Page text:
the reason why we slavs sometimes alter the pronunciation of our owns names coming to north america is because we a)try to make it easier for people to address us (there are many sounds that are very difficult for americans to pronounce, plus sometimes you'd put the stress on the first syllable to make it sound more "familiar"); and b)just to hear the original version of your name get slaughtered by someone who's doing their best still feels like torture.

another reason is that while some eastern european countries use latin-based alphabet (which is easier for westerners to read), russians, for example, have to first translate their names from cyrillics into latin and then try to make them sound similar as well.

and even if the alphabet is latin-based, there are still letters "looking" the same, but with a little asterisk or dot and that gives them a totally different sound!

finally, there are letters which are the same as regular english alphabet, but they are pronounced differently, like J in Jagr (how many times was he called Dzharomir in the beginning of his NHL career?) or, as Jes said, the Czech "R" which reads as a RZH.

and this goes beyond slavic - i can't watch nhl games on tv and don't hear the commentators, but do they get the swedish last names right? i was shocked to find out how the swedes manage to change the pronounciation of regular english letter pairings, like "sj" sometimes reads as "h" (Sjalvklart reads as Hyalv-cla[r]tt) and "k" or "sk" reads as "sh" (Kok sounds Shok and Skelleftea reads Shellefte-ah).
Whoops, my mistake up top, I should have written something more like:
the "second t" was definitely in there when they were speaking about him.

And you're right, his brother is a completely different player.

hamlet - Scandinavian names seem to fair much better over here compared to Eastern European names IMO.

You make some good points

1. Swedes don't seem to care at all about how their names are anglicized. I don't know all the ins and outs of Swedish names, but I do try and get them 'correct', and I'd like to have a Scandanavian take up the cause for Swedish and maybe Finnish names. I can only vouch for Czecho-Slovak. "FORSBERG" isn't as nice and easy as it seems :)

2. Russian names - The main problem is that Russian names can be altered when transliterated into English. The vowels, in particular, are often translitered in many different names. Take DATSYUK and NASTIUK! The same vowel is changed to IU or YU.
When it is translitered into Slovak or Czech, it is 'pure' and then I know exactly what the real pronounciation is.
Slovaks always read 'Daciuk', 'Kovaljov', and 'Fjodorov', and it's always a nice constant change between the alphabets. If I see a Russian name in the Slovak alphabet, then I know for sure...I know my own Slavic surname appears in many variations in English because it does originate in Ukrainian/Ruthenian cyrillic.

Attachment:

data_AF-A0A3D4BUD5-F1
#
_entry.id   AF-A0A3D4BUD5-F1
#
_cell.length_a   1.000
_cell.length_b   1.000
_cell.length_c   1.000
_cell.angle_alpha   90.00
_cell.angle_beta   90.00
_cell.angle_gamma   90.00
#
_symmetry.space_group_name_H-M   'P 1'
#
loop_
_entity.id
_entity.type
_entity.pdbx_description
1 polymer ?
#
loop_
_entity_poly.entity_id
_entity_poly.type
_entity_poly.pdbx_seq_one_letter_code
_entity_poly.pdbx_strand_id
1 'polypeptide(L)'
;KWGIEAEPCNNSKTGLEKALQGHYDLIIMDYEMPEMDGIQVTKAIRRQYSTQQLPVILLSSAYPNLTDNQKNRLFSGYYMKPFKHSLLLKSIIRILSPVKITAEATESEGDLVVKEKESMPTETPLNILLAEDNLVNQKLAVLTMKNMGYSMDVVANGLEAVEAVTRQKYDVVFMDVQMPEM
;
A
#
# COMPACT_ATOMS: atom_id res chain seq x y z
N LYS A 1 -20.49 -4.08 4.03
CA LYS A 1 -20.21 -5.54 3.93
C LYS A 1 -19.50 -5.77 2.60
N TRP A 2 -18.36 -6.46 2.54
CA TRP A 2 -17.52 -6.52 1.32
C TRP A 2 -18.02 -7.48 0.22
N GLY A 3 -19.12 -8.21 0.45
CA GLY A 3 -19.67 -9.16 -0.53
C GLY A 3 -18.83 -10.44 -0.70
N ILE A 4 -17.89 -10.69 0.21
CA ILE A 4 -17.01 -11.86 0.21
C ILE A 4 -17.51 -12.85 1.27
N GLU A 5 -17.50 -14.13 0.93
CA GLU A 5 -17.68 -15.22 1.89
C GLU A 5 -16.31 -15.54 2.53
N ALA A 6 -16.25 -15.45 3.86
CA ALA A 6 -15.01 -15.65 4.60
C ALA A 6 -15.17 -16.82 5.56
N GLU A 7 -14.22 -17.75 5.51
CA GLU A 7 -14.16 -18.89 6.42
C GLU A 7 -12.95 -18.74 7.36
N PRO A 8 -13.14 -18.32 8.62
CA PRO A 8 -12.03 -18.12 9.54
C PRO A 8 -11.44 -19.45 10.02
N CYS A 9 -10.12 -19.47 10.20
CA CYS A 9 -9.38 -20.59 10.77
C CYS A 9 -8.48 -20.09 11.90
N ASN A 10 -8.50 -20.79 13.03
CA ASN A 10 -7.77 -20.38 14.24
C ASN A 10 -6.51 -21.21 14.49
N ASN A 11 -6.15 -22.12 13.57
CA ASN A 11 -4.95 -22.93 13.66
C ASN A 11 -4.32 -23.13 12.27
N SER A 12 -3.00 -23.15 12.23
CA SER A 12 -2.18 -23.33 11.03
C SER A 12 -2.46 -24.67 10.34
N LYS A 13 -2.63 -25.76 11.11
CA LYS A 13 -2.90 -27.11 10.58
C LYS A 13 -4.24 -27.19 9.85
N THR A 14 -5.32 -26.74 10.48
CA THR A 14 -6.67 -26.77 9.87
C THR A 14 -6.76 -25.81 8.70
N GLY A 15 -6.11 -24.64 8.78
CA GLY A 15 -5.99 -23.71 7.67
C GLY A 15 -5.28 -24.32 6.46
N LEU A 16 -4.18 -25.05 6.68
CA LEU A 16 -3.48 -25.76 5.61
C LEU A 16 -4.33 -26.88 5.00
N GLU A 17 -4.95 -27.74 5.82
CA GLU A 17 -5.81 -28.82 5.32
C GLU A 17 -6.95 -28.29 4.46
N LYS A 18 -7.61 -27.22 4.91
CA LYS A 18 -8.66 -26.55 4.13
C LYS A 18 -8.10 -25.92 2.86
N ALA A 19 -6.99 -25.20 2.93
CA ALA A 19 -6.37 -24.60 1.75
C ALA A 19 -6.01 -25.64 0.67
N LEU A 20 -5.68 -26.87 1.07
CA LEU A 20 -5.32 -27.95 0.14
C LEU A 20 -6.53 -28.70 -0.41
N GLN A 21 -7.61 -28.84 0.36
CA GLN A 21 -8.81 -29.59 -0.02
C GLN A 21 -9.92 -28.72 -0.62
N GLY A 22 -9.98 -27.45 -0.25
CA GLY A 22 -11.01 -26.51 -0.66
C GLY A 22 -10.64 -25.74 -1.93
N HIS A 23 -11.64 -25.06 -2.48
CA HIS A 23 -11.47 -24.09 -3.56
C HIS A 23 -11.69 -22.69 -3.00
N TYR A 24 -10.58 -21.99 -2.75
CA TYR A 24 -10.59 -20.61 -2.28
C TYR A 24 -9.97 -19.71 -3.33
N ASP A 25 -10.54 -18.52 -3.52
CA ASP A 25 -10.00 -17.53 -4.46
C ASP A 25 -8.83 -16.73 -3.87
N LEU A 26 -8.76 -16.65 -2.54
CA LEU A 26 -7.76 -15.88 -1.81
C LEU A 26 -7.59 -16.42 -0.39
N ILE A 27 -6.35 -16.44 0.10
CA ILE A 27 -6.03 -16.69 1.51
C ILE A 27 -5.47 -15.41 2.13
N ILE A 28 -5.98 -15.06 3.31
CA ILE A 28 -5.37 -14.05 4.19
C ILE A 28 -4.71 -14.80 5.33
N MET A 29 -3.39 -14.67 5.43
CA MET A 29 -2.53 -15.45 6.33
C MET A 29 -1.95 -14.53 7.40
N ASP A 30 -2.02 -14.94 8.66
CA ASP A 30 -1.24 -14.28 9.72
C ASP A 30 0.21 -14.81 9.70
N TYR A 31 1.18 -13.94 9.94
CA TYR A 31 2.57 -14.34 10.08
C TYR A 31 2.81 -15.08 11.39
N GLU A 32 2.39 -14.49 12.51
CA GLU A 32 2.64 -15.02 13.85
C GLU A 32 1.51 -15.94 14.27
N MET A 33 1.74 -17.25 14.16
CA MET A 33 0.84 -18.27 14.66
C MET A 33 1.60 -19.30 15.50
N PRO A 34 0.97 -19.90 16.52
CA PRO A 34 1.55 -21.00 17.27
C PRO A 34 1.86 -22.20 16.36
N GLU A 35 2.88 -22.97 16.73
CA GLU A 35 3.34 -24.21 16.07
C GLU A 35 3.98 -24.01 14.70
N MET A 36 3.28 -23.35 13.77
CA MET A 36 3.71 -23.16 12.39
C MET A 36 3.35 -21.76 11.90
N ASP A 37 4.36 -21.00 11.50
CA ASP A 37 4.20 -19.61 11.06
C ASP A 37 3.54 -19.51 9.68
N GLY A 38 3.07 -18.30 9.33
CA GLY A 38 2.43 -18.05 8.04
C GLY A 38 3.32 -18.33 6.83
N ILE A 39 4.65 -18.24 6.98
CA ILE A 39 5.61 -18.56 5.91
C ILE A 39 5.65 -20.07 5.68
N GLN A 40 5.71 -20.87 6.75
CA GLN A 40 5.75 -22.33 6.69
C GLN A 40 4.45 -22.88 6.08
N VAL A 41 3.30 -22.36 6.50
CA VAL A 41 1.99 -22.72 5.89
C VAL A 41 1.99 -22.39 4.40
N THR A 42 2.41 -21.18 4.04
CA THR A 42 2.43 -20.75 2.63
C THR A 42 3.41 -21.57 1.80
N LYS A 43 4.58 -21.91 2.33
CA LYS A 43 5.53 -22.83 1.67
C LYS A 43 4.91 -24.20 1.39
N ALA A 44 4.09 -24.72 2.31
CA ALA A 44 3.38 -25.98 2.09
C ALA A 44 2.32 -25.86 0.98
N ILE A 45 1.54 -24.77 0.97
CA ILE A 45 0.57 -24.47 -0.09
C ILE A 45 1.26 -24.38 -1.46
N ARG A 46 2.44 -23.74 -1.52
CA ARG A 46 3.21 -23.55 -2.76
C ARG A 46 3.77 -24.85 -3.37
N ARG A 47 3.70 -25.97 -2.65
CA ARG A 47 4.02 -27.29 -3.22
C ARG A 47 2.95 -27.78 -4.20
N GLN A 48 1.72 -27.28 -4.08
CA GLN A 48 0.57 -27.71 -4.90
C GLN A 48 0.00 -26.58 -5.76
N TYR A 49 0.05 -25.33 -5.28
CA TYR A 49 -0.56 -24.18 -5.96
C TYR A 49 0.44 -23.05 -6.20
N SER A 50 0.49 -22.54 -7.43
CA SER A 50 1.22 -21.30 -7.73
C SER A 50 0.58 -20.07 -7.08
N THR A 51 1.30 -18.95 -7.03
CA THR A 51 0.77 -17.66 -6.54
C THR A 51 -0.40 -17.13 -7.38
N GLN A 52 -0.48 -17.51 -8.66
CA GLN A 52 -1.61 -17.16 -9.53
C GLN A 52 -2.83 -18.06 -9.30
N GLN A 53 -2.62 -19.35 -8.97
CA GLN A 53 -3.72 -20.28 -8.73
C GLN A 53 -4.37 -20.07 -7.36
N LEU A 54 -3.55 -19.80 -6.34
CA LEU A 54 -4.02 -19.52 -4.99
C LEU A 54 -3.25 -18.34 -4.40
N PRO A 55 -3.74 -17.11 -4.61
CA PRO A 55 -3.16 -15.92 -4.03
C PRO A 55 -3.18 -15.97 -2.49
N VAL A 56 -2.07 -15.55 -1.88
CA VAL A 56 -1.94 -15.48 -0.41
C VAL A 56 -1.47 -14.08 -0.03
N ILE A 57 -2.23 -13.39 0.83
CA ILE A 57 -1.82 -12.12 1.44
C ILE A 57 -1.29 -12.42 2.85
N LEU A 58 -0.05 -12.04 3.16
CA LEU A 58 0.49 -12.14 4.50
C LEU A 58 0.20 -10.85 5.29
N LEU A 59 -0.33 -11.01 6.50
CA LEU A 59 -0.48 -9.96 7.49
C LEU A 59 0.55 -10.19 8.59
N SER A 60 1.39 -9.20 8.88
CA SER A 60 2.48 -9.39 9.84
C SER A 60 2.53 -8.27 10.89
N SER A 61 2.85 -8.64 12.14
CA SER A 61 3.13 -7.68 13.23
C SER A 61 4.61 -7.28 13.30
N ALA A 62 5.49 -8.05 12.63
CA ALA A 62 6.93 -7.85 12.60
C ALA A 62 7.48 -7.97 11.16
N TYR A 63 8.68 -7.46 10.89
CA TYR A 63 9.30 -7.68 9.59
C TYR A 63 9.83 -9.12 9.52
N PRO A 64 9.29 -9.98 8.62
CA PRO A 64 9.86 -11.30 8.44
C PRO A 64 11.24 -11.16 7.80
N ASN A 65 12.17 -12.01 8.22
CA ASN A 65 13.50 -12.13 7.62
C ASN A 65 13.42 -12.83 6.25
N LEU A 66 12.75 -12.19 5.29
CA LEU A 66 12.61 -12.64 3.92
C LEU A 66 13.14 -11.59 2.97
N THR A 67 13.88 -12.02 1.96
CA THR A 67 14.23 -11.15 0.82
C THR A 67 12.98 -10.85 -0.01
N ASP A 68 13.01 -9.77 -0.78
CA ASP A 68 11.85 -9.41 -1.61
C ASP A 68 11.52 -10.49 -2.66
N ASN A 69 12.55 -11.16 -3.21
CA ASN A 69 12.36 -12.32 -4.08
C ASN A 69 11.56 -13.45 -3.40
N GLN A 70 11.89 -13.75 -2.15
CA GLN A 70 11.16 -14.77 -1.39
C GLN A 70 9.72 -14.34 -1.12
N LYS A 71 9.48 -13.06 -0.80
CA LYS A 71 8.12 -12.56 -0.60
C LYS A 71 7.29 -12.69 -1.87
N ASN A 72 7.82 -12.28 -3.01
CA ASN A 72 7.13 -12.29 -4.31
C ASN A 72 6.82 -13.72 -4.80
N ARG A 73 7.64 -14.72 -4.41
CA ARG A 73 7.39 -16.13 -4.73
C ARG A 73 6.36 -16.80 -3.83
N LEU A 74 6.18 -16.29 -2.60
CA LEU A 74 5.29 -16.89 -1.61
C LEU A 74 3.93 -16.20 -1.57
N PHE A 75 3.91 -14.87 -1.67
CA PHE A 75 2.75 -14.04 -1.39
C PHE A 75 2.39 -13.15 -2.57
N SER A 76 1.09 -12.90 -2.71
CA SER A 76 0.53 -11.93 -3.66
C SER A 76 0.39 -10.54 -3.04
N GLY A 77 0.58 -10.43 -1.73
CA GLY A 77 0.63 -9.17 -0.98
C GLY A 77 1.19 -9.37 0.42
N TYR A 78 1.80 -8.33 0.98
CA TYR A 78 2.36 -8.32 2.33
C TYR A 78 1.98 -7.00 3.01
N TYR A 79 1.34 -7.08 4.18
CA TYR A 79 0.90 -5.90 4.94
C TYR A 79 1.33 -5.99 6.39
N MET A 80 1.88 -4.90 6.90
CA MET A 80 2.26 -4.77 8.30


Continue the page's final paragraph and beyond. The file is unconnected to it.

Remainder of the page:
I'd hate to correct the Name Master, but the one name you're pronouncing wrong is 'Craig McMurtry.' It actually sounds like this: 'Chris McMurtry.' I didn't spell it phoenetically, but I'm sure you'll get it.
Hi from Russia, Jes!
You totally right, sometimes it's sad to listen to the Slavik names pronounced wrong.
Could you please briefly explain me right pronunciation of 1st sound in the names like Hasek, Hossa, Havlat and alike? Should it be "g" or "h" or it may differ in these examples.

Sergey Berestoff

The Czech H is always natural H just like in English, and not a G.
The Czech/Slovak 'CH', like in Chara or Prochazka, is like the Russian KH in Kharlamov.

I know Jiri Hudler had his name changed to 'Gudler' when he played in Russia, and Jan Hejda had his name changed to 'Khejda' because the Russians don't have a natural H in their alphabet.
best name issue I am aware of..

guy (yea american word, guy opposite of gal) herbert (like the ice cream stuff, well not exactly but close) is a backup for the blues, starts up north in les habs land. Announcer gets into it, and crowd goes wild (well wild for canadians), now he becomes gee hey- baer literally overnight.

so our announcer dude calls his home for an interview and gets his mum, asks for "gee" and she of course immediately yells out (so the announcer dude can hear it over the phone) hey Guy you have a phone call!!

ahhh what a guy that gee was...

and don't even ask about j hecht. I've herd him pronounce his own last name at least 3 ways, but he might have finally picked one after he left us... and he only has, ususally, ONE sylable!
"I'd hate to correct the Name Master, but the one name you're pronouncing wrong is 'Craig McMurtry.' It actually sounds like this: 'Chris McMurtry.' I didn't spell it phoenetically, but I'm sure you'll get it."

James, you're killing me! *bent over from laughter*
I know from being Ukrainian myself and having been interested in my background. Everyone pronounces Ukrainian last names ending in -chuk the wrong way. They pronounce it chuck when it should be -chouk. That comes from my maternal grandmother who was taught Ukrainian from a very early age. Names like Kovalchuk, Boychuk, and Babchuk. Can you verify these pronunciations?